'Spider in the Web': Film Review
Ben Kingsley plays an aging Israeli Mossad agent investigating a company suspected of selling chemical weapons in Eran Riklis' spy thriller.
Here's a free tip to the makers of contemporary spy thrillers: Avoid references to John le Carré. The lesson was sadly ignored by the makers of Spider in the Web, starring Ben Kingsley as an aging Mossad agent. At one point in the film, there's an extended discussion about the book The Constant Gardener, and the unfortunate result is that you wind up thinking how much more you'd prefer to be rereading that contemporary classic than watching this tedious exercise.
It's no fault of Kingsley, who acts in a prodigious amount of films these days and manages to be compelling in every one of them. Here, the knighted actor (as he's so intent on reminding you at every opportunity) plays Adereth, who would bear comparisons to George Smiley except that he's more stylish and action-oriented. The veteran agent is obviously nearing the end of his career, but he's not going gently into that good night, resisting the efforts of his superiors who want him to retire and suspect he's putting false information into his intelligence reports to make himself look better.
The agency dispatches a younger operative, Daniel (Israeli actor Itay Tiran, The Debt), to watch over Adereth as he poses as a Belgian antiques dealer and investigates a company that may be providing chemical weapons to Syria. Complicating their strained working relationship is the fact that Daniel is the son of Adereth's former colleague, who had once inscribed a photograph to Adereth with the wish that he look after his son when he's gone.
As is usual with spy thrillers, the storyline defies comprehension, with double-crosses and secret identities infusing a labyrinthine tale of intrigue that only the most attentive viewers will be able to follow. The problem is that their attention spans may prove limited since the screenplay by Gidon Maron and Emmanuel Nacchae is short on crisply plotted action and long on ruminative discussions that are meant to provide character development and philosophical examinations of the current state of the world but mainly provide long stretches to nod off. You'll be particularly tempted to doze during Adereth's explication of the virtue of a good pea soup.
The saving grace is Kingsley, who can do this sort of thing in his sleep but never gives the appearance that he's doing so. Although he can be prone to hamminess, the actor here delivers a beautifully modulated and restrained turn that is consistently mesmerizing. A prime example is a scene in which Adereth is informed of the death of a former source with whom he clearly once had a more than friendly relationship. Kingsley conveys shocked anguish with the subtlest of gestures and expressions and is all the more moving for it. It's also appropriate for a character who has spent his life in a career that requires him to hide his feelings.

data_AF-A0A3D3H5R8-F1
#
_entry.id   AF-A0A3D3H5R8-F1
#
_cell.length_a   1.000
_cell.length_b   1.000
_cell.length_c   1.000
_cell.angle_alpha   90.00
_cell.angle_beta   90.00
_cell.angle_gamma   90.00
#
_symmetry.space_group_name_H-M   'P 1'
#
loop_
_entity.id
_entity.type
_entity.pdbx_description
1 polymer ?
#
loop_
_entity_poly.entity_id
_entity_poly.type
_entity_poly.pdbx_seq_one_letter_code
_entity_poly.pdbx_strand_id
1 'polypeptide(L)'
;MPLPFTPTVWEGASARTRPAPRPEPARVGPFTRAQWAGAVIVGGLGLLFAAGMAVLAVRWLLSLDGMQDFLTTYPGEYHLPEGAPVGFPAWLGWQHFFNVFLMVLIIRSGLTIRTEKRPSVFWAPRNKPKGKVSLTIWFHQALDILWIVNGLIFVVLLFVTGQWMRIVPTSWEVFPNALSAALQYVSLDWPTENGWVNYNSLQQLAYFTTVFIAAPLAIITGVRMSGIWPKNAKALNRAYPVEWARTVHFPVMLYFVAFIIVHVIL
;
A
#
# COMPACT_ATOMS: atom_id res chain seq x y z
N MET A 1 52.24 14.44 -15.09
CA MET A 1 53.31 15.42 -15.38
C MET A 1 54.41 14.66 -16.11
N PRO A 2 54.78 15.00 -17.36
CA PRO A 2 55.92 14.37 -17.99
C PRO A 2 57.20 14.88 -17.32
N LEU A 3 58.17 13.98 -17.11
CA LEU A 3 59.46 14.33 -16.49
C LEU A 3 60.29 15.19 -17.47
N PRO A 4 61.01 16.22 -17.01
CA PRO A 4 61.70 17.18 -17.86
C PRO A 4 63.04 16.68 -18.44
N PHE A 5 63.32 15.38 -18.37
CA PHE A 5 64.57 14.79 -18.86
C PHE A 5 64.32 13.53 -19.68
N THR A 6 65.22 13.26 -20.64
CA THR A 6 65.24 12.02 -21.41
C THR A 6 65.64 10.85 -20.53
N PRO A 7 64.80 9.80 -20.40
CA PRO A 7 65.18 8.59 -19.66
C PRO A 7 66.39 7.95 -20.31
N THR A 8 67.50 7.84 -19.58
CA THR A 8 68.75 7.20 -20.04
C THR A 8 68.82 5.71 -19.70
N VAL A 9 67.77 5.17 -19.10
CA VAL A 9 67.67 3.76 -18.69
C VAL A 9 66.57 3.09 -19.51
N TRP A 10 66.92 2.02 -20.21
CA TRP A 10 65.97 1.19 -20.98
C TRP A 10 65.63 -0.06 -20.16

Tiran delivers solid support as the conflicted Daniel, although the very fit actor is forced to play so many scenes in which his character vigorously exercises that you begin wondering if you're watching a spy thriller or training video. Monica Bellucci provides some much needed alluring femininity among the otherwise very macho proceedings, managing the difficult task of being convincing as Kingsley's love interest even while her character stretches credulity in numerous other ways. And Hilde Van Mieghem delivers a memorable turn in her brief role as an aged hotel owner who knows her way around the world of espionage.
Director Eran Riklis, who explored similar if more erotically charged territory in his 2017 film Shelter, has done fine work in such Israeli movies as Lemon Tree and The Syrian Bride. But his subtle, contemplative style is ill-suited to this sort of material, which demands, if not James Bond or Mission Impossible-style fireworks, at least snappy pacing.
The film does benefit, however, from Richard Van Oosterhout's handsome cinematography and the extensive use of Antwerp and Flanders, which mark a refreshing change from the familiar, overexposed European locales that are usually showcased in thrillers of this type.
Production: Film Constellation, United King Films, Topia Communications, Eran Riklis Productions
Distributor: Vertical Entertainment
Cast: Ben Kingsley, Monica Bellucci, Itay Tiran, Itzik Cohen, Filip Peeters, Hilde Van Mieghem
Director: Eran Riklis
Screenwriters: Gidon Maron, Emmanuel Naccache
Producers: Michael Sharfstein, Jacqueline de Goeij, Moshe Edery, Leon Edery, Eyal Edery, Eran Riklis, Sabine Brian, Ronald Versteeg
Executive producers: Ira Riklis, Fabien Westerhoff, Schaul Scherzer, Dana Lustig
Director of photography: Richard Van Oosterhout
Production designer: Merijn Sep
Editor: Jessica de Koning
Composer: Jonathan Riklis
Costume designer: Charlotte Willems
Casting: Kerry Barden, Paul Schnee, Leonie Luttik, Eveline Devriendt